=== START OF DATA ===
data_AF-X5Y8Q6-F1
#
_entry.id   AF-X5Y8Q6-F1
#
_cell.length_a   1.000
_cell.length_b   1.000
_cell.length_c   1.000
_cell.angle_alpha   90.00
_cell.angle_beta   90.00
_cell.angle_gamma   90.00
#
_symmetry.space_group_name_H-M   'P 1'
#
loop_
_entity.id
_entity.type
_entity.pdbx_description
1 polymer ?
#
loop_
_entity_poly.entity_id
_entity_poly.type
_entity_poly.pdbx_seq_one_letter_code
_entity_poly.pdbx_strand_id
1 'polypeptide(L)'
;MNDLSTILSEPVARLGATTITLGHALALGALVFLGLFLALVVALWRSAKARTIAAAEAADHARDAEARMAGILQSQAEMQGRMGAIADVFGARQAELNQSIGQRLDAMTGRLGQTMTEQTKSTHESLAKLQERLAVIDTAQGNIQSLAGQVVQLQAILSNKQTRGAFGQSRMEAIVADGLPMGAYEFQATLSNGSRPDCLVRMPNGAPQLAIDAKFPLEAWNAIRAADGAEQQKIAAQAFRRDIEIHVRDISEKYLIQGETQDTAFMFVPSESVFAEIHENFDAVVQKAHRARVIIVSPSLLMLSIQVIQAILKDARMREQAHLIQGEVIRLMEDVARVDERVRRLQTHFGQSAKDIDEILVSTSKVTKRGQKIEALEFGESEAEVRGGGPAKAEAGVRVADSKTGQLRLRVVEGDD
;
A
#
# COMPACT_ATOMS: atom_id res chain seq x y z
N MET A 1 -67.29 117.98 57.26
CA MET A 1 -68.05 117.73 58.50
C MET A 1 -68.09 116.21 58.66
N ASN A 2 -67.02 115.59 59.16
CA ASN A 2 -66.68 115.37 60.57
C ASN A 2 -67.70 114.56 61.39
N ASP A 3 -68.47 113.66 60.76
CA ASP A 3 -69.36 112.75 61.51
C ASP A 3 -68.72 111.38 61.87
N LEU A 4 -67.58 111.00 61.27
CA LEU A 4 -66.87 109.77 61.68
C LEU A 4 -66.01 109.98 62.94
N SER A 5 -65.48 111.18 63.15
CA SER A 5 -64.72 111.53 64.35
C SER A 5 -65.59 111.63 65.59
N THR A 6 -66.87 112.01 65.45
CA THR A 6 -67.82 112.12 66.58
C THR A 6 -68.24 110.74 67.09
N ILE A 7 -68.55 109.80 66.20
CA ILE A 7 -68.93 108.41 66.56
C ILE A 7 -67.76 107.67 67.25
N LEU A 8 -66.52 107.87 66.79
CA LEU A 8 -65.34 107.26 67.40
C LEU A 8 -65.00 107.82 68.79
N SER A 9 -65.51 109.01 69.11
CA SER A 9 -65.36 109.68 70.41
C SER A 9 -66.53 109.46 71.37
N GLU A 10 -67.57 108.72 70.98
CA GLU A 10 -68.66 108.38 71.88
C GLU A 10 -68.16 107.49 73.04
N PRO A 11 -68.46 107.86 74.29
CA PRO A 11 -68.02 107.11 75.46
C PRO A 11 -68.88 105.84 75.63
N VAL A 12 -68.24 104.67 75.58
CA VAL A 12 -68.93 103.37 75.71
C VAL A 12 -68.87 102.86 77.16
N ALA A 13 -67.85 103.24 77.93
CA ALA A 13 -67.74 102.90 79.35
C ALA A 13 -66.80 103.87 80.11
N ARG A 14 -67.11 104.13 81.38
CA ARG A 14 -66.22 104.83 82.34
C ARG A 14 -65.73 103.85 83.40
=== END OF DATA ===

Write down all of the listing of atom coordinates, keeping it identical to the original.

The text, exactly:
data_AF-X5Y8Q6-F1
#
_entry.id   AF-X5Y8Q6-F1
#
_cell.length_a   1.000
_cell.length_b   1.000
_cell.length_c   1.000
_cell.angle_alpha   90.00
_cell.angle_beta   90.00
_cell.angle_gamma   90.00
#
_symmetry.space_group_name_H-M   'P 1'
#
loop_
_entity.id
_entity.type
_entity.pdbx_description
1 polymer ?
#
loop_
_entity_poly.entity_id
_entity_poly.type
_entity_poly.pdbx_seq_one_letter_code
_entity_poly.pdbx_strand_id
1 'polypeptide(L)'
;MNDLSTILSEPVARLGATTITLGHALALGALVFLGLFLALVVALWRSAKARTIAAAEAADHARDAEARMAGILQSQAEMQGRMGAIADVFGARQAELNQSIGQRLDAMTGRLGQTMTEQTKSTHESLAKLQERLAVIDTAQGNIQSLAGQVVQLQAILSNKQTRGAFGQSRMEAIVADGLPMGAYEFQATLSNGSRPDCLVRMPNGAPQLAIDAKFPLEAWNAIRAADGAEQQKIAAQAFRRDIEIHVRDISEKYLIQGETQDTAFMFVPSESVFAEIHENFDAVVQKAHRARVIIVSPSLLMLSIQVIQAILKDARMREQAHLIQGEVIRLMEDVARVDERVRRLQTHFGQSAKDIDEILVSTSKVTKRGQKIEALEFGESEAEVRGGGPAKAEAGVRVADSKTGQLRLRVVEGDD
;
A
#
# COMPACT_ATOMS: atom_id res chain seq x y z
N MET A 1 -67.29 117.98 57.26
CA MET A 1 -68.05 117.73 58.50
C MET A 1 -68.09 116.21 58.66
N ASN A 2 -67.02 115.59 59.16
CA ASN A 2 -66.68 115.37 60.57
C ASN A 2 -67.70 114.56 61.39
N ASP A 3 -68.47 113.66 60.76
CA ASP A 3 -69.36 112.75 61.51
C ASP A 3 -68.72 111.38 61.87
N LEU A 4 -67.58 111.00 61.27
CA LEU A 4 -66.87 109.77 61.68
C LEU A 4 -66.01 109.98 62.94
N SER A 5 -65.48 111.18 63.15
CA SER A 5 -64.72 111.53 64.35
C SER A 5 -65.59 111.63 65.59
N THR A 6 -66.87 112.01 65.45
CA THR A 6 -67.82 112.12 66.58
C THR A 6 -68.24 110.74 67.09
N ILE A 7 -68.55 109.80 66.20
CA ILE A 7 -68.93 108.41 66.56
C ILE A 7 -67.76 107.67 67.25
N LEU A 8 -66.52 107.87 66.79
CA LEU A 8 -65.34 107.26 67.40
C LEU A 8 -65.00 107.82 68.79
N SER A 9 -65.51 109.01 69.11
CA SER A 9 -65.36 109.68 70.41
C SER A 9 -66.53 109.46 71.37
N GLU A 10 -67.57 108.72 70.98
CA GLU A 10 -68.66 108.38 71.88
C GLU A 10 -68.16 107.49 73.04
N PRO A 11 -68.46 107.86 74.29
CA PRO A 11 -68.02 107.11 75.46
C PRO A 11 -68.88 105.84 75.63
N VAL A 12 -68.24 104.67 75.58
CA VAL A 12 -68.93 103.37 75.71
C VAL A 12 -68.87 102.86 77.16
N ALA A 13 -67.85 103.24 77.93
CA ALA A 13 -67.74 102.90 79.35
C ALA A 13 -66.80 103.87 80.11
N ARG A 14 -67.11 104.13 81.38
CA ARG A 14 -66.22 104.83 82.34
C ARG A 14 -65.73 103.85 83.40